The name Haughent arrived in England
after the Norman Conquest
of 1066. The Haughent family lived in Haughton, Cheshire
. The name of this place derives from the Old English word halh,
which means nook
which means village or settlement.
There are numerous places son named in England
and an individual case of the name may derive from any of those locations.
Early Origins of the Haughent family
The surname Haughent was first found in Cheshire
at Haughton (or Haughton Moss), a village and civil parish. This village is by far the largest of the listings of the place name in England
. Looking back further, there are at least three listings of the place name Haughton in the Domesday Book
in its earliest forms: Hoctum in Nottinghamshire; Haustone in Shropshire; and Halstone or Haltone in Staffordshire
Williams, Dr Ann. And G.H. Martin, Eds., Domesday Book A Complete Translation. London: Penguin, 1992. Print. (ISBN 0-141-00523-8)
Today Haughton Castle is a privately owned country mansion near the village of Humshaugh, Northumberland
and dates back to the 13th century when it was a tower house. It was enlarged and fortified in the 14th century. By the 16th century, the castle had fallen into ruin but by the early 19th century the ruins were converted into the mansion it is today. Houghton Hall is a country house in Norfolk
built for British Prime Minister, Sir Robert Walpole. Another early branch of the family was found at Hooton, again in Cheshire
. "This place, in the Domesday Book
, is included in the possessions of Richard de Vernon, the Norman Baron
of Shipbrook, under whom it was held by a family named Hotone, which became extinct in the male line in the reign of Richard I. It then passed by marriage to Randle Walensis or Welshman, after which alliance, his family occasionally assumed the name of Hotone." CITATION[CLOSE]
Lewis, Samuel, A Topographical Dictionary of England. Institute of Historical Research, 1848, Print.
Early History of the Haughent family
This web page shows only a small excerpt of our Haughent research.Another 172 words (12 lines of text) covering the years 1114, 1130, 1605, 1691, 1720 and 1720 are included under the topic Early Haughent History in all our PDF Extended History products and printed products wherever possible.
Haughent Spelling Variations
Anglo-Norman names tend to be marked by an enormous number of spelling variations
. This is largely due to the fact that Old and Middle English lacked any spelling rules when Norman French was introduced in the 11th century. The languages of the English courts at that time were French and Latin. These various languages mixed quite freely in the evolving social milieu. The final element of this mix is that medieval scribes spelled words according to their sounds rather than any definite rules, so a name was often spelled in as many different ways as the number of documents it appeared in. The name was spelled Haughton, Houghton, Hoctor, Hector and others.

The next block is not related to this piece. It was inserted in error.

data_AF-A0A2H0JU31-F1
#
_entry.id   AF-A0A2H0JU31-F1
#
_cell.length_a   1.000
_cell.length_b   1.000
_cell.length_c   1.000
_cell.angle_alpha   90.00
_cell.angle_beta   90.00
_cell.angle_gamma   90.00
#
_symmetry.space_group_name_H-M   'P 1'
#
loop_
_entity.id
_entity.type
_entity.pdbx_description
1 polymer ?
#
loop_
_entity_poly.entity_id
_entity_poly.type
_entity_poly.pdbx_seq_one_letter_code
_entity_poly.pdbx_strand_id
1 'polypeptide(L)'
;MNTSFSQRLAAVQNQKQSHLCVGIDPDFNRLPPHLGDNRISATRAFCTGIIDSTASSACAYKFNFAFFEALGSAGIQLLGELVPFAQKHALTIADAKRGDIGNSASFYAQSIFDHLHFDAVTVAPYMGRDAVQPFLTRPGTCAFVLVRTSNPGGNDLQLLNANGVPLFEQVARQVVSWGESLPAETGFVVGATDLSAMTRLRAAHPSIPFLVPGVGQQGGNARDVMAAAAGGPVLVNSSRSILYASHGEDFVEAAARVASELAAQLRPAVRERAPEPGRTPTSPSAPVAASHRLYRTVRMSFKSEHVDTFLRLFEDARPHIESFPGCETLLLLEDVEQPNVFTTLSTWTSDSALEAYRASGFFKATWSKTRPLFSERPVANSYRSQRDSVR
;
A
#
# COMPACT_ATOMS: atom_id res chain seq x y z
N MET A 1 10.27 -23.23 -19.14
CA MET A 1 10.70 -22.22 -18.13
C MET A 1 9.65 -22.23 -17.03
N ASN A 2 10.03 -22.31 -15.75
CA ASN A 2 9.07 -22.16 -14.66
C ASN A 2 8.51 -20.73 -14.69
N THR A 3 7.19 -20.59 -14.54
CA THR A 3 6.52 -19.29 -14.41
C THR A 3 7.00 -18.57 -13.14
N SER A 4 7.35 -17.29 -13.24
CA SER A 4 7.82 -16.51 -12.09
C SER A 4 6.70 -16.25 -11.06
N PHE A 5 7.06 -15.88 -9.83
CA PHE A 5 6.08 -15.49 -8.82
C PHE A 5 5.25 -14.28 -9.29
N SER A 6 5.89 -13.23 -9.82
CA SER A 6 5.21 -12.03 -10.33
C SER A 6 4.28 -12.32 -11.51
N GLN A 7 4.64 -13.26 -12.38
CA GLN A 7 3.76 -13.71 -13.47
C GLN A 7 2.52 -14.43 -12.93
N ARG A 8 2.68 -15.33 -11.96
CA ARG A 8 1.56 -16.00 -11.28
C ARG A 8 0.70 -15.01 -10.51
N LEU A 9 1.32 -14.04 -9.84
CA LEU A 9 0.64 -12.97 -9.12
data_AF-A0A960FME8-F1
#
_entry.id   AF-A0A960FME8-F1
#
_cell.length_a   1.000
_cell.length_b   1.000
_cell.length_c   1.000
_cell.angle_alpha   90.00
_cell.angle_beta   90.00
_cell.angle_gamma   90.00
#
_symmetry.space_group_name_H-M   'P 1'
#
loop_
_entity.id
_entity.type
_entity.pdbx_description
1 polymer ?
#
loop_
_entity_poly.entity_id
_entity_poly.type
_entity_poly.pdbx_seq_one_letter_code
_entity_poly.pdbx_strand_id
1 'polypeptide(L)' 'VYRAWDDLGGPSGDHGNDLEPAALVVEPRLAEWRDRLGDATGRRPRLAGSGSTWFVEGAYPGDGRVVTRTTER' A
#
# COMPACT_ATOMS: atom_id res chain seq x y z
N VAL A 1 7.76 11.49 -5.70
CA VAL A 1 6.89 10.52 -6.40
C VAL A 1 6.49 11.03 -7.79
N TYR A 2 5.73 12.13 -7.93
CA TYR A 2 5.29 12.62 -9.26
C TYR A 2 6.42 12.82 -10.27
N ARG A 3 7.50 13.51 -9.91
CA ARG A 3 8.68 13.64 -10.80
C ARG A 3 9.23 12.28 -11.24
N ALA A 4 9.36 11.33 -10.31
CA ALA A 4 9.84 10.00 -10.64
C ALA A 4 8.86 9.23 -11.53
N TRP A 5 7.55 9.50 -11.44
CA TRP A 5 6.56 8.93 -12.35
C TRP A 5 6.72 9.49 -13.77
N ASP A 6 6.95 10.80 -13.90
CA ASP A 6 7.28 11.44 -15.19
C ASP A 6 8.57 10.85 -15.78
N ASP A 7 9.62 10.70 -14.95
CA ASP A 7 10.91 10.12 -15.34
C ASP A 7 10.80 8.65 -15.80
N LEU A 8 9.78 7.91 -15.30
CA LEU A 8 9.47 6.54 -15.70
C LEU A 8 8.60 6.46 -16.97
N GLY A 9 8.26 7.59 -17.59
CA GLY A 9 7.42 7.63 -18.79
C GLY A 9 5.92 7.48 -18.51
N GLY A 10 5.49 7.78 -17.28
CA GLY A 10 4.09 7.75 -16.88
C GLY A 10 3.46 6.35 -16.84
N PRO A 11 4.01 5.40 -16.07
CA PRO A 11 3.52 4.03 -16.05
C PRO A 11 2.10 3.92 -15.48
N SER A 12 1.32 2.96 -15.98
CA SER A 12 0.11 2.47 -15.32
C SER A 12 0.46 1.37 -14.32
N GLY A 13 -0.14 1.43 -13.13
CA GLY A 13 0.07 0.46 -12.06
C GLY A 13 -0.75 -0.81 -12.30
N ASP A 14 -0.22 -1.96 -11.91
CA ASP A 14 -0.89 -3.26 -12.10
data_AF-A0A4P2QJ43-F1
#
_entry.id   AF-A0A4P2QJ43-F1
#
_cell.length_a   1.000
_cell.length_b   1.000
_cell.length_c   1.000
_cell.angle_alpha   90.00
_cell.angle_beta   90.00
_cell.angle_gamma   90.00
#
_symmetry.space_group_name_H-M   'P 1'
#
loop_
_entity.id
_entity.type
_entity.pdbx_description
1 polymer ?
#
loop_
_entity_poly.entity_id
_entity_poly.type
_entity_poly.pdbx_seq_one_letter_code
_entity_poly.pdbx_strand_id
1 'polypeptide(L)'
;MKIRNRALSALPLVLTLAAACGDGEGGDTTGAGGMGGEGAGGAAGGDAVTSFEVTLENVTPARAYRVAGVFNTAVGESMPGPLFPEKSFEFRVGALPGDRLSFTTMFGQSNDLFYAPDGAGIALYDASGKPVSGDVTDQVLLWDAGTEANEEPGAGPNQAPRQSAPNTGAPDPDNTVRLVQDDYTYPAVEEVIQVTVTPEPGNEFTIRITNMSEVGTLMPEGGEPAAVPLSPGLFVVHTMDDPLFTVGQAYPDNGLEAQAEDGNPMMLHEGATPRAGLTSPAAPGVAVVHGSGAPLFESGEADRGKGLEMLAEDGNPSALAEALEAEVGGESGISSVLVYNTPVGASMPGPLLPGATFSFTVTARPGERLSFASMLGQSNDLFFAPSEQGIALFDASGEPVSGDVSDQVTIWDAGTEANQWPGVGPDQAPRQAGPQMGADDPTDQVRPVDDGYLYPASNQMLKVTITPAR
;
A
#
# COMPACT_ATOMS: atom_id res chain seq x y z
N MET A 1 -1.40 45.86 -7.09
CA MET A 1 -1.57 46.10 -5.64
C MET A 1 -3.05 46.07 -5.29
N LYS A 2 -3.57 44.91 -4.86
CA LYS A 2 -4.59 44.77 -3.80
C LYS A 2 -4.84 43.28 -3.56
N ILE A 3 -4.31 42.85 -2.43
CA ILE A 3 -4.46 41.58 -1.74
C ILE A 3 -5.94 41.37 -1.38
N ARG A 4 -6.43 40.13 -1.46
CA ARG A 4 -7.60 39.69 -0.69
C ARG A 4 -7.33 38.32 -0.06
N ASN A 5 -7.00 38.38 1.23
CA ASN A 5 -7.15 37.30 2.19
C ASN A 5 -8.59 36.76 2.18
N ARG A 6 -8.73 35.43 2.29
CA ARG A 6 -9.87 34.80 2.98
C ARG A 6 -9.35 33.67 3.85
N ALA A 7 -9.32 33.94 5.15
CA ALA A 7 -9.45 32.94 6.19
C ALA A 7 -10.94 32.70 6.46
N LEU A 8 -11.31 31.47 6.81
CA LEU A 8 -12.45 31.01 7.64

Early Notables of the Haughent family (pre 1700)
Another 33 words (2 lines of text) are included under the topic Early Haughent Notables in all our PDF Extended History products and printed products wherever possible.
Migration of the Haughent family to Ireland
Some of the Haughent family moved to Ireland
, but this topic is not covered in this excerpt.Another 105 words (8 lines of text) about their life in Ireland is included in all our PDF Extended History products and printed products wherever possible.
Migration of the Haughent family to the New World and Oceana
Because of the political and religious discontent in England
, families began to migrate abroad in enormous numbers. Faced with persecution and starvation at home, the open frontiers and generally less oppressive social environment of the New World seemed tantalizing indeed to many English people. The trip was difficult, and not all made it unscathed, but many of those who did get to Canada and the United States made important contributions to the young nations in which they settled. Some of the first North American settlers with Haughent name or one of its variants: Gerard Haughton settled in Barbados in 1639; Thomas Haughton settled in Virginia in 1635; as well as Robert Haughton in the same year.
The Haughent Motto
The motto was originally a war cry or slogan. Mottoes first began to be shown with arms in the 14th and 15th centuries, but were not in general use until the 17th century. Thus the oldest coats of arms generally do not include a motto. Mottoes seldom form part of the grant of arms: Under most heraldic authorities, a motto is an optional component of the coat of arms, and can be added to or changed at will; many families have chosen not to display a motto.
Motto: Malgre le tort
Motto Translation: Despite the wrong.
Haughent Family Crest Products
- ^ Williams, Dr Ann. And G.H. Martin, Eds., Domesday Book A Complete Translation. London: Penguin, 1992. Print. (ISBN 0-141-00523-8)
- ^ Lewis, Samuel, A Topographical Dictionary of England. Institute of Historical Research, 1848, Print.